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Grab Your Graph Paper
And help us out...
I often think I was an architect in a former life. So it should come as no surprise that I was looking for graph paper the night we first saw the building we ultimately purchased. If you are so inclined, permit me to encourage you to get involved.
It Really Isn’t As Bad as It Looks
As 100-year-old buildings go, this really isn’t as bad as it looks. I recall when we were buying houses in Florida to flip I once took Denise to a house I wanted to buy. The smell in the house caused one to recall a CSI episode (too many cats and a dead body)…Denise refused to enter. (We didn’t buy the building … a shame, it was a great buy.) In this case, the building does not smell! And if we can keep the roof, there really isn’t that much demolition to do. The three small “outbuildings” in the red square above will definitely be demolished. As you can see from the blueprint below, this leaves us a fairly open space.
As the house is only one block from the town square (which I showed in this post) we are in the historic zone. As such the city controls exactly what the front facade looks like. There are no discussions or negotiations. It is…what it is. The windows and doors must be wood, they must be the size and placement shown below, the building must be white, and there must be a slanted tile roof (even though it is just for show).
You will note that the home to the left of ours does not comply. That is because they renovated before the city created the “new rules”. We had hoped to avoid the tiled roof and be allowed larger windows and a transom above the front doorway. We argued it made the street look more uniform. Nope!
There was a 1” thick pile of documents presented to the city, along with our €200 application fee, for approval. There are drawings of the inside of the building showing where rooms will be. But I have been told, all of those can be changed. The one thing that can’t be changed, frankly the only thing they cared about, was the facade.
Sadly, the required fake tile “roof” impacts us negatively in three ways. First, we won’t be able to see the river anymore. I admit it wasn’t the best view, but we could say we had a water view. Secondly, and more importantly, the prior rooftop was large enough to accommodate a pickleball court. It was certainly tight, and you likely would lose some balls to the street below, but it fit. Fortunately, Onix (the pickleball company for which our dog was named) offers a skinny singles net and the wall of the neighboring building provides a backboard for practice. Finally, the front windows will be smaller than our neighbors. I suspect we will be punching a bunch of holes in the roof for skylights.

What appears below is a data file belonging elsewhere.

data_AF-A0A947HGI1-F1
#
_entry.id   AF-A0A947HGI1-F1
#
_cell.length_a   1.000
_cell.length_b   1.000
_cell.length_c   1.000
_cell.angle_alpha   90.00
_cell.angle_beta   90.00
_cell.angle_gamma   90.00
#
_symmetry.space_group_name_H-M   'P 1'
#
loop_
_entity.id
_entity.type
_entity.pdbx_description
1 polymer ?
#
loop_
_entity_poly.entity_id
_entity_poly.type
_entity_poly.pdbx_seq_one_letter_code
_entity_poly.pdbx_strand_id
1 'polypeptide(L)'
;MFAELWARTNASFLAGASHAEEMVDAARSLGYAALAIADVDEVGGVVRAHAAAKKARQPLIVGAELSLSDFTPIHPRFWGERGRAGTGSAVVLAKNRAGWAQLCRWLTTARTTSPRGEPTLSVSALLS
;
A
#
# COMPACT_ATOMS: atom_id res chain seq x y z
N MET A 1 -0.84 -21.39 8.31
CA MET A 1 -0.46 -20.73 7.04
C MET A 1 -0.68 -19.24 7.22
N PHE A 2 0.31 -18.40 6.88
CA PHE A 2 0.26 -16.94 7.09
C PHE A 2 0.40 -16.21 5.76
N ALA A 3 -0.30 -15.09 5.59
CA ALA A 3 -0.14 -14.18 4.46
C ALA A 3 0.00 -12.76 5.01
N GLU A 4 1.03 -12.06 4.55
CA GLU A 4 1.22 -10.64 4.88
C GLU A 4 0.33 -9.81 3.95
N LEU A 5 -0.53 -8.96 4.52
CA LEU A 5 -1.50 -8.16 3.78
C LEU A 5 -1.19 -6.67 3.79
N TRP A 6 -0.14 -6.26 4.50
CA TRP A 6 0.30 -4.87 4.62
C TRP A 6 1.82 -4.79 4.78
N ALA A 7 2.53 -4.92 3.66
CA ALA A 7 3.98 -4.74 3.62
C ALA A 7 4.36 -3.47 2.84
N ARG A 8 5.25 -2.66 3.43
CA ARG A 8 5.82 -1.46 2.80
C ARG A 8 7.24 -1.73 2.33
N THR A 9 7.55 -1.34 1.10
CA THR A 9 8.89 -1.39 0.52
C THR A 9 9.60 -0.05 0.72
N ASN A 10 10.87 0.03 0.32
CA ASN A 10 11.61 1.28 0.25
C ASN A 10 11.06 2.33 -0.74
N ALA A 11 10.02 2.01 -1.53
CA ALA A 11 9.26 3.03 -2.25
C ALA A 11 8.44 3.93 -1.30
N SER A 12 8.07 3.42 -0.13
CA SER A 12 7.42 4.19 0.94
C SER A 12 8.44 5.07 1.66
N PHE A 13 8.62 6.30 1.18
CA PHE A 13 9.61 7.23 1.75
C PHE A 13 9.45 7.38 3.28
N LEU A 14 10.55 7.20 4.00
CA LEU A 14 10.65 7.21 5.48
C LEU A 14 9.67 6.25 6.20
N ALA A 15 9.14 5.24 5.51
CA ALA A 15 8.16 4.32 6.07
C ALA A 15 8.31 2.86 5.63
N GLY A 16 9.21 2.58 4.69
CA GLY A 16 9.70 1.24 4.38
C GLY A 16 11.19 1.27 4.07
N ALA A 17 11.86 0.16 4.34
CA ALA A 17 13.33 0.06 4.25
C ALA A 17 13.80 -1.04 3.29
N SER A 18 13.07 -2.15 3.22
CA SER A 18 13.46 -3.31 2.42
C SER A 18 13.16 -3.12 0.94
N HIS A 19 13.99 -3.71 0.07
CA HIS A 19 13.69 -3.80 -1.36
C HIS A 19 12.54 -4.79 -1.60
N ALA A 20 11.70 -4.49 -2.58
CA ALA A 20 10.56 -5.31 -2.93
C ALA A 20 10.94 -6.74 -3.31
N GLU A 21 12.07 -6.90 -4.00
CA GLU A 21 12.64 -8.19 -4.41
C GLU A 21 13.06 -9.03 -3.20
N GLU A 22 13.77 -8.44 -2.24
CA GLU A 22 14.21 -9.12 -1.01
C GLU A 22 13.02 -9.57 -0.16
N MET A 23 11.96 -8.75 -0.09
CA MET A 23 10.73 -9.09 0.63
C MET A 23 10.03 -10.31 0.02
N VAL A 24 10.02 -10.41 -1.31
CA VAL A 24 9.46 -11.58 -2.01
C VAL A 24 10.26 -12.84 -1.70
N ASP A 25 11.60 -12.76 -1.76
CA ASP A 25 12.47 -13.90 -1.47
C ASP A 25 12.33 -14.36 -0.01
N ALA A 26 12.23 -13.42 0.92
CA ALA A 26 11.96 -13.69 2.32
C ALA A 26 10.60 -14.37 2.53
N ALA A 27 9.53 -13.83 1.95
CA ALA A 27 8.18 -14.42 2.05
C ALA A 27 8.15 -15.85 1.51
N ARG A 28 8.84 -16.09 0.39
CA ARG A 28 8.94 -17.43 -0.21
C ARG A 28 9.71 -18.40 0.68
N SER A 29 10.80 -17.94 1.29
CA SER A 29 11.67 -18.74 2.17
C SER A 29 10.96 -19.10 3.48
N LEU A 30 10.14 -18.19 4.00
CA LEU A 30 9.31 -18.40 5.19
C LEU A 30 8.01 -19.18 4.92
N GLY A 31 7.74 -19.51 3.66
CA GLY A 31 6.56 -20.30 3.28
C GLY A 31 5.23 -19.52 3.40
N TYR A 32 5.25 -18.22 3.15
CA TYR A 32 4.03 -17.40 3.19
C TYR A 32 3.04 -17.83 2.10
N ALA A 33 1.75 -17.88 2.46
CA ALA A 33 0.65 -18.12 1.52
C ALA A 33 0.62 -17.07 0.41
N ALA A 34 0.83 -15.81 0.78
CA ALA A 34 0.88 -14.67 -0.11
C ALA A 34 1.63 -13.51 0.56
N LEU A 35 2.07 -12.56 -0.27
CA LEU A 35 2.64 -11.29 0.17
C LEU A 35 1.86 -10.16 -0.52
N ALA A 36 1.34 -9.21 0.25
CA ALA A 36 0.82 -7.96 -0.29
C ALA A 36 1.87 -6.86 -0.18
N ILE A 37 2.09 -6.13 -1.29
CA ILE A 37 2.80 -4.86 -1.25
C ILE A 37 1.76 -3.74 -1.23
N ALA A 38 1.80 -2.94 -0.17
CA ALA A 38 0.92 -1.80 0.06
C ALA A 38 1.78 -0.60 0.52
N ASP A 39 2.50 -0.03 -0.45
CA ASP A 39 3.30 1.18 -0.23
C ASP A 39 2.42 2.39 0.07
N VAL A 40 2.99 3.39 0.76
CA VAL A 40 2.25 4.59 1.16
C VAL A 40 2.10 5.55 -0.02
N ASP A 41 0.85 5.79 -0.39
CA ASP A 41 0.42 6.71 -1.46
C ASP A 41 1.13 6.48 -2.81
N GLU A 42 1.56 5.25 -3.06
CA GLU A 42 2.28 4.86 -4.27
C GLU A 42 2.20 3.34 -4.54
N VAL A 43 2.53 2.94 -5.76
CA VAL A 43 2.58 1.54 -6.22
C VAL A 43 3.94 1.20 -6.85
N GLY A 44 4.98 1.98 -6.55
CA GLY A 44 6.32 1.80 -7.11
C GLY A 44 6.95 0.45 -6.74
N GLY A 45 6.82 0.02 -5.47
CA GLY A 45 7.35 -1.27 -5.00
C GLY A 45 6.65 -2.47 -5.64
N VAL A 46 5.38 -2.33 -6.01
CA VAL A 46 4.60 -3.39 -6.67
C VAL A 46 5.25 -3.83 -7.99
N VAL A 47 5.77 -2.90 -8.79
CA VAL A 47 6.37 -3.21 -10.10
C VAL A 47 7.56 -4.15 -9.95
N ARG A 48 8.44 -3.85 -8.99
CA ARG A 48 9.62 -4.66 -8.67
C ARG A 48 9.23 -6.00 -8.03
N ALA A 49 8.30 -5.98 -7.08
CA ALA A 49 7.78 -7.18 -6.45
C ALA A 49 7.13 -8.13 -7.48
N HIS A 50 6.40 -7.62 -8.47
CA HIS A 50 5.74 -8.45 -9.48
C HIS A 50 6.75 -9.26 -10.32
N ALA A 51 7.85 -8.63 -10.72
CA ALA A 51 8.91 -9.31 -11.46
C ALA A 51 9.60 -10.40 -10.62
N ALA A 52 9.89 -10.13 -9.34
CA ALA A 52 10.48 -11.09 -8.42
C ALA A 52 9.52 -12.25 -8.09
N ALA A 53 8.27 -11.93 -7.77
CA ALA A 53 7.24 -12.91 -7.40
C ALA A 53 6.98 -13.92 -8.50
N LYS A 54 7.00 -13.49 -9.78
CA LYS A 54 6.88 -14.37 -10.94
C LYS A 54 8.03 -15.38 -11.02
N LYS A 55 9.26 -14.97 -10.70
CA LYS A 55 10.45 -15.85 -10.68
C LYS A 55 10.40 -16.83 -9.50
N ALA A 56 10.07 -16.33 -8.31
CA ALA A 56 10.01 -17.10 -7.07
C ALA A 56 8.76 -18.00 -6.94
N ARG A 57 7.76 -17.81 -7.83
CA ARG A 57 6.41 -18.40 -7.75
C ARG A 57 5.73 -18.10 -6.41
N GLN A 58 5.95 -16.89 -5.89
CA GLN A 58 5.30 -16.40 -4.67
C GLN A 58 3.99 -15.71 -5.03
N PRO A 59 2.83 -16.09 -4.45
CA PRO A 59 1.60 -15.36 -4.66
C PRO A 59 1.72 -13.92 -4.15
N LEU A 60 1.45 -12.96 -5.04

As you can see above, there are just two rooms. The large room at the front of the building is complete with a stage. Karaoke anyone? Was that a platform for the union leader to make speeches, or a place to play cards? Not sure. You can see the current entry to the courtyard through the open door on the back wall to the right. Next to it, you see another (dark) doorway that is another long, skinny room. Next to that door is an interior window, the type with a speaking hole and slot below like you might find at a ticket-buying office at a train station. I need to figure out a way to use that window somewhere!
I have redrawn the interior on graph paper above, showing dimensions in meters and feet. (Again, this is the interior dimension as the external walls are really quite thick.) I have not shown the annoying column you see in the photo above. That is because we are not sure if we will be replacing the roof as a result of the seismic survey. Also, if we can’t figure out how to hide it or make it a positive feature rather than an eyesore we will buy some very expensive steel beams and reinforce the building some other way. (I don’t want to limit your “creative juices”.)
In addition to the nonnegotiable’s the city provided, we have a few:
Minimum of two (legal) bedrooms and two baths;
Courtyard for Onix and rooftop deck;
Lots of clothing storage in the master suite;
Tons of light…so yes, you can insert skylights and blow out most of the interior back walls to the courtyard;
An office (possibly third, in a pinch, bedroom) as I need room to continue to write to you (and paint…and play guitar);
Generally, we prefer open-concept (living, dining, kitchen).
At this point, we don’t want your creativity to be limited by money! Yes, of course, there is a maximum budget…but everyone we have spoken with tells us we can get what we want for the amount we have allocated, and likely less than our max budget.
We also don’t want to limit you by showing you the plans we submitted to the architect. I promise I will show you my most recent drawings next week.
I realize this is not everyone’s cup of tea. And yes, of course, we have an architect. I have turned my drawings over to her and expect she will offer some great ideas! But 90% of you said you wanted to follow our building project and I am hoping there are at least some people like me that enjoy HGTV and graph paper. If you are so inclined, send me your ideas and drawings. And enjoy some more pics:
Next week: Portuguese pharmacies and why I love them; and weird Portuguese building regulations and how you get around them.